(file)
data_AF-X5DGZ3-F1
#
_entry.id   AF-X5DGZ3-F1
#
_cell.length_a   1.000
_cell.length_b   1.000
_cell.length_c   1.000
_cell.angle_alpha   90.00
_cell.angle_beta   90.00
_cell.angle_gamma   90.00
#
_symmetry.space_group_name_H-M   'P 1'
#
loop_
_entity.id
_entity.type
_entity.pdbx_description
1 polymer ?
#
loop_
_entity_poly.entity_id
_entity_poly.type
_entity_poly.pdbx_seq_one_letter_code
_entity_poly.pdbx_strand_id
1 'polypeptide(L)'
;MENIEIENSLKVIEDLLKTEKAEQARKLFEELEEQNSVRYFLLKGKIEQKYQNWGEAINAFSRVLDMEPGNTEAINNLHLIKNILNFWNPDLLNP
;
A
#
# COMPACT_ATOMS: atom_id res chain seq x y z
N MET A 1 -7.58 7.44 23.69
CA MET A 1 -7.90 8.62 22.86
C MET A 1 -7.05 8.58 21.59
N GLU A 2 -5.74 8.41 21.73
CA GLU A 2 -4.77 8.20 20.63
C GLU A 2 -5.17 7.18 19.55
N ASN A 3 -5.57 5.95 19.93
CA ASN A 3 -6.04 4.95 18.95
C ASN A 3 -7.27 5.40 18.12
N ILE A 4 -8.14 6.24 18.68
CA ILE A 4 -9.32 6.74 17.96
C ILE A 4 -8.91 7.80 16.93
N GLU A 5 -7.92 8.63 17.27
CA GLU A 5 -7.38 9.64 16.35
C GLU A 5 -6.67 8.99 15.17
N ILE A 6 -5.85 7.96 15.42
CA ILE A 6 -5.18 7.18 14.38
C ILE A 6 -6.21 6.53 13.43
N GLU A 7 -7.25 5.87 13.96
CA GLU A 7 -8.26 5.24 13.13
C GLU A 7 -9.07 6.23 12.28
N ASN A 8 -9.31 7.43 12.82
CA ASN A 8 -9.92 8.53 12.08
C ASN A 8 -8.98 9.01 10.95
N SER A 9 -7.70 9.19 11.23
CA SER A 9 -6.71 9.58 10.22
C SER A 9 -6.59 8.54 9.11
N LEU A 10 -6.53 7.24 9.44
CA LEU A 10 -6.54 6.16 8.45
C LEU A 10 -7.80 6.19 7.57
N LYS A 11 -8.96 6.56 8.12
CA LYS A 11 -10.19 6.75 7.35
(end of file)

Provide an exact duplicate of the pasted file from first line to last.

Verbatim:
data_AF-X5DGZ3-F1
#
_entry.id   AF-X5DGZ3-F1
#
_cell.length_a   1.000
_cell.length_b   1.000
_cell.length_c   1.000
_cell.angle_alpha   90.00
_cell.angle_beta   90.00
_cell.angle_gamma   90.00
#
_symmetry.space_group_name_H-M   'P 1'
#
loop_
_entity.id
_entity.type
_entity.pdbx_description
1 polymer ?
#
loop_
_entity_poly.entity_id
_entity_poly.type
_entity_poly.pdbx_seq_one_letter_code
_entity_poly.pdbx_strand_id
1 'polypeptide(L)'
;MENIEIENSLKVIEDLLKTEKAEQARKLFEELEEQNSVRYFLLKGKIEQKYQNWGEAINAFSRVLDMEPGNTEAINNLHLIKNILNFWNPDLLNP
;
A
#
# COMPACT_ATOMS: atom_id res chain seq x y z
N MET A 1 -7.58 7.44 23.69
CA MET A 1 -7.90 8.62 22.86
C MET A 1 -7.05 8.58 21.59
N GLU A 2 -5.74 8.41 21.73
CA GLU A 2 -4.77 8.20 20.63
C GLU A 2 -5.17 7.18 19.55
N ASN A 3 -5.57 5.95 19.93
CA ASN A 3 -6.04 4.95 18.95
C ASN A 3 -7.27 5.40 18.12
N ILE A 4 -8.14 6.24 18.68
CA ILE A 4 -9.32 6.74 17.96
C ILE A 4 -8.91 7.80 16.93
N GLU A 5 -7.92 8.63 17.27
CA GLU A 5 -7.38 9.64 16.35
C GLU A 5 -6.67 8.99 15.17
N ILE A 6 -5.85 7.96 15.42
CA ILE A 6 -5.18 7.18 14.38
C ILE A 6 -6.21 6.53 13.43
N GLU A 7 -7.25 5.87 13.96
CA GLU A 7 -8.26 5.24 13.13
C GLU A 7 -9.07 6.23 12.28
N ASN A 8 -9.31 7.43 12.82
CA ASN A 8 -9.92 8.53 12.08
C ASN A 8 -8.98 9.01 10.95
N SER A 9 -7.70 9.19 11.23
CA SER A 9 -6.71 9.58 10.22
C SER A 9 -6.59 8.54 9.11
N LEU A 10 -6.53 7.24 9.44
CA LEU A 10 -6.54 6.16 8.45
C LEU A 10 -7.80 6.19 7.57
N LYS A 11 -8.96 6.56 8.12
CA LYS A 11 -10.19 6.75 7.35